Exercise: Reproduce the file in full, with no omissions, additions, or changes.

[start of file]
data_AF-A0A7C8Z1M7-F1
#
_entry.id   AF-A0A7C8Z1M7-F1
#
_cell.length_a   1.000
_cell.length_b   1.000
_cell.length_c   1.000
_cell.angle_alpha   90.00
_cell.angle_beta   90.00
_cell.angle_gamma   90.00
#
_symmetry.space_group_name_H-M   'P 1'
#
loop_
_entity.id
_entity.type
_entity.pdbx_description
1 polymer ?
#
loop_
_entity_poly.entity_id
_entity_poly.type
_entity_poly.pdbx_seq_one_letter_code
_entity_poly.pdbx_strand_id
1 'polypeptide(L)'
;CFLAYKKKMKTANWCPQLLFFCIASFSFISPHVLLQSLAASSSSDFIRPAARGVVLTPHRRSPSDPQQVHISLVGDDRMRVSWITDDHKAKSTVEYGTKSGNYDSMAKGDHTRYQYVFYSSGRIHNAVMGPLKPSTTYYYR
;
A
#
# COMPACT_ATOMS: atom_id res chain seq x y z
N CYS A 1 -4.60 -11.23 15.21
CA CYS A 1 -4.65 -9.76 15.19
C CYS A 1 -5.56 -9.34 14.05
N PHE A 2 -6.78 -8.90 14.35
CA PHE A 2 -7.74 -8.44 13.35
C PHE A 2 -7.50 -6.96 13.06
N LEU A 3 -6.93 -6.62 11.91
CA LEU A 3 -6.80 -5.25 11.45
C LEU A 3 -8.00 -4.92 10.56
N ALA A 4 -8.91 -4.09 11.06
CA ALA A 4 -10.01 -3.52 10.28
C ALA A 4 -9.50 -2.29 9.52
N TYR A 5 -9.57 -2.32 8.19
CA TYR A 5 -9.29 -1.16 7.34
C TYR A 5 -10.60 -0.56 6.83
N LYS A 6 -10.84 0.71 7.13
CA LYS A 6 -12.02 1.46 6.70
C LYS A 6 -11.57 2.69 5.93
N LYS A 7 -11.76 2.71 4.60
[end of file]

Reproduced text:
data_AF-A0A7C8Z1M7-F1
#
_entry.id   AF-A0A7C8Z1M7-F1
#
_cell.length_a   1.000
_cell.length_b   1.000
_cell.length_c   1.000
_cell.angle_alpha   90.00
_cell.angle_beta   90.00
_cell.angle_gamma   90.00
#
_symmetry.space_group_name_H-M   'P 1'
#
loop_
_entity.id
_entity.type
_entity.pdbx_description
1 polymer ?
#
loop_
_entity_poly.entity_id
_entity_poly.type
_entity_poly.pdbx_seq_one_letter_code
_entity_poly.pdbx_strand_id
1 'polypeptide(L)'
;CFLAYKKKMKTANWCPQLLFFCIASFSFISPHVLLQSLAASSSSDFIRPAARGVVLTPHRRSPSDPQQVHISLVGDDRMRVSWITDDHKAKSTVEYGTKSGNYDSMAKGDHTRYQYVFYSSGRIHNAVMGPLKPSTTYYYR
;
A
#
# COMPACT_ATOMS: atom_id res chain seq x y z
N CYS A 1 -4.60 -11.23 15.21
CA CYS A 1 -4.65 -9.76 15.19
C CYS A 1 -5.56 -9.34 14.05
N PHE A 2 -6.78 -8.90 14.35
CA PHE A 2 -7.74 -8.44 13.35
C PHE A 2 -7.50 -6.96 13.06
N LEU A 3 -6.93 -6.62 11.91
CA LEU A 3 -6.80 -5.25 11.45
C LEU A 3 -8.00 -4.92 10.56
N ALA A 4 -8.91 -4.09 11.06
CA ALA A 4 -10.01 -3.52 10.28
C ALA A 4 -9.50 -2.29 9.52
N TYR A 5 -9.57 -2.32 8.19
CA TYR A 5 -9.29 -1.16 7.34
C TYR A 5 -10.60 -0.56 6.83
N LYS A 6 -10.84 0.71 7.13
CA LYS A 6 -12.02 1.46 6.70
C LYS A 6 -11.57 2.69 5.93
N LYS A 7 -11.76 2.71 4.60